Good morning. We are meeting today to hear testimony from Dr. Rajiv Shah, Administrator of the United States Agency for International Development, who will discuss USAID's fiscal year 2014 budget request. Dr. Shah, thank you for being here.
We have several new members on this subcommittee and I encourage you to be in contact with them. Those of us who have been here longer know that you are an articulate, passionate advocate for USAID and its mission.
I do not envy anyone who is responsible for managing an agency of thousands of people, particularly when they are located in more than 70 countries -- including many where governments are corrupt, poverty and lawlessness are rampant, and civil society organizations are persecuted.
Some question why USAID is there in the first place, even though 99 percent of the Federal budget goes to domestic programs and the Department of Defense.
They fail to grasp that USAID's budget is about protecting the American people and our ability to compete in the world, and projecting American ideals. What happens in North Africa, or Indonesia, or Chechnya, directly affects us. We can pretend it does not, but it does.
There should be no argument about the importance of USAID's mission. And I think you, Dr. Shah, are trying to respond to some of the biggest concerns about USAID. Some of those concerns have been expressed by me and other Members of this subcommittee.
But I am not convinced we are doing as good a job as we should. I'll give you three examples:
First, the governments of many of the countries where USAID works -- including some whose leaders were democratically elected -- either are not serious or have no realistic strategy to address the causes of poverty, injustice and insecurity. I am tired of us trying to buy the cooperation of government officials who care more about enriching themselves than improving the lives of their own people.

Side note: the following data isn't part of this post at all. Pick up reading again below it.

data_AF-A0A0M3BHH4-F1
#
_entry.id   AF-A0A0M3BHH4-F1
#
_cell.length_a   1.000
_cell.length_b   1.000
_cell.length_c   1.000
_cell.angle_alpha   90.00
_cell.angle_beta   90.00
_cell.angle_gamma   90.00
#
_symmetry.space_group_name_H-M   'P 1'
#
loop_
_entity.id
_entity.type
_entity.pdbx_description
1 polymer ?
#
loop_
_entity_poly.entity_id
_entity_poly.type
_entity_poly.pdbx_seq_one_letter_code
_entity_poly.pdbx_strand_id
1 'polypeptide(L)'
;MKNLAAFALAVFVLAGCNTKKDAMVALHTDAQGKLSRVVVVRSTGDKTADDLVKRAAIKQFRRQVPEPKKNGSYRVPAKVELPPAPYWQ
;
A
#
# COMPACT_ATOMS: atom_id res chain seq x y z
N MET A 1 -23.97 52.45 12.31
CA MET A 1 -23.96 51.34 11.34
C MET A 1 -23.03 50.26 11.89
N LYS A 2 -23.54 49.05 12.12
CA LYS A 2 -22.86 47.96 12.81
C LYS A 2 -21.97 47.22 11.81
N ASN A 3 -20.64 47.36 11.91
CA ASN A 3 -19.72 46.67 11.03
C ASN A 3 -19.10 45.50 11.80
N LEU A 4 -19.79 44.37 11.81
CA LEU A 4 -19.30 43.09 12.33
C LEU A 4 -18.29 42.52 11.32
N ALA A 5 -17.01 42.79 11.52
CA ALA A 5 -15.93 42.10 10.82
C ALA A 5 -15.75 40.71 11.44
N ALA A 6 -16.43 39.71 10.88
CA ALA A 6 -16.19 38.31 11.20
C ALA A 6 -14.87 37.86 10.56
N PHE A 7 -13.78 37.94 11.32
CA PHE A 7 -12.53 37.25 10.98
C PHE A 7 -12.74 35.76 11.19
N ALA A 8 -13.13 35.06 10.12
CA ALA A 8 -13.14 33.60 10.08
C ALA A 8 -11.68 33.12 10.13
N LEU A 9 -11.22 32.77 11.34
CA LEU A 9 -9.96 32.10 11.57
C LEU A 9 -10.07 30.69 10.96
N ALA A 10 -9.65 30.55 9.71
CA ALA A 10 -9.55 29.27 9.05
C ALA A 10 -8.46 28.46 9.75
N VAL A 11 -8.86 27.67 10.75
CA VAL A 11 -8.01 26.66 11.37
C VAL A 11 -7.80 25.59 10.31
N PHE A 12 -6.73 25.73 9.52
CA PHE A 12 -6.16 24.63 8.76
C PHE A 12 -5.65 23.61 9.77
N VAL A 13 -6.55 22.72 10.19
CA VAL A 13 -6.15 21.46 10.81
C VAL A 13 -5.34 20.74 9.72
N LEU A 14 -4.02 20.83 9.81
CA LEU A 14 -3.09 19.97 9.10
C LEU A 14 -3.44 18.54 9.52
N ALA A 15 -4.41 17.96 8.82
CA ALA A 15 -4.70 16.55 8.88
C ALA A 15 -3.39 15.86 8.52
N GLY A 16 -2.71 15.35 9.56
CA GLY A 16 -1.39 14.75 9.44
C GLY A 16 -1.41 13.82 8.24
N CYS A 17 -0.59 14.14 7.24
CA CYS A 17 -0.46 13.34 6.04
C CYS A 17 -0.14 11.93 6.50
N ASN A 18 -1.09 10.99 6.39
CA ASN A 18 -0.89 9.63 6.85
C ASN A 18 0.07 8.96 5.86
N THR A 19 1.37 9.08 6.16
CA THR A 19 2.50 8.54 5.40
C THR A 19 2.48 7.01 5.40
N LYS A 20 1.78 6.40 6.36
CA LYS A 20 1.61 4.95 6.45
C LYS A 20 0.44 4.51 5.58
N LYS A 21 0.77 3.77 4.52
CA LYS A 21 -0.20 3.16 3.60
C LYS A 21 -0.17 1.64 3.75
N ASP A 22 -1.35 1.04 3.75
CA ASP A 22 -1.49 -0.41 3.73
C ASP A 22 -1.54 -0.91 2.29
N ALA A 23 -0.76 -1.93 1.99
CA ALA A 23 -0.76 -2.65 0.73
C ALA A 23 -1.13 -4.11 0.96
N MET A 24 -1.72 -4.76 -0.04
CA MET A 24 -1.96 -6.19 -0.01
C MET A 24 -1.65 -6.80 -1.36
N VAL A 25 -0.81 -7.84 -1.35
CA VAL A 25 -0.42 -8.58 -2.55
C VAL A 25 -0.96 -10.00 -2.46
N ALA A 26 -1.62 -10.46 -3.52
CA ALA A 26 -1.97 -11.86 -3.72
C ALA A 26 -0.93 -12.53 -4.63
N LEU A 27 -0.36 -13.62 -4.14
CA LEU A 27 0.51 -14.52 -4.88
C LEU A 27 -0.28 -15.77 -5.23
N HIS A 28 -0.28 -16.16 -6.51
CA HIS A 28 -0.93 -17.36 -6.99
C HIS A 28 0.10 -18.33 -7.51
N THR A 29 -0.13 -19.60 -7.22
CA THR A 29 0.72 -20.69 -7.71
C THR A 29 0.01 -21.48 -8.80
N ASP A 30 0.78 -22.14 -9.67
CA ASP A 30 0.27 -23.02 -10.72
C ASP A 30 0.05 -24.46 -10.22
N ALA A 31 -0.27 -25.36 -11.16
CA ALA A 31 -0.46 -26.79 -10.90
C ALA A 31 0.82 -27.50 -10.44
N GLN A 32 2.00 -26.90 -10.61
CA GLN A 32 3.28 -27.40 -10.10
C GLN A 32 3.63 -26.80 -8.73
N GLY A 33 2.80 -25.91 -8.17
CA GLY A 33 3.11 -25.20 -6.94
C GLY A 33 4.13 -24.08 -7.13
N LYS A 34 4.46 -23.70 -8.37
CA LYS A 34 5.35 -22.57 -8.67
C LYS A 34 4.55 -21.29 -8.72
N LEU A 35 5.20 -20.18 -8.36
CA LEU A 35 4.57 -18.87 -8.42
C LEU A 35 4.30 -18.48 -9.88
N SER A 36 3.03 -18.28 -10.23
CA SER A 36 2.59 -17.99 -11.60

Second, we hear a lot about the need for capacity building of foreign NGOs. No doubt they need help. But I am also concerned that this "lack of local capacity" is also being used as a justification to continue a foreign aid business model that benefits big U.S. contractors and NGOs. There are lots of foreign NGOs doing outstanding work, and they don't need to be subjected to more seminars and power points by high priced consultants.
Third, we should rethink what we can realistically accomplish in war zones or places where the security costs are prohibitive. Not only are there questions about the sustainability of our investments, you have to wonder what we are doing when USAID employees are barricaded inside fortified embassies, can only get out in heavily armed convoys, and it is virtually impossible to know who you can trust.
I have questions about these and other issues, but I will stop there so Senator Graham can make any opening remarks.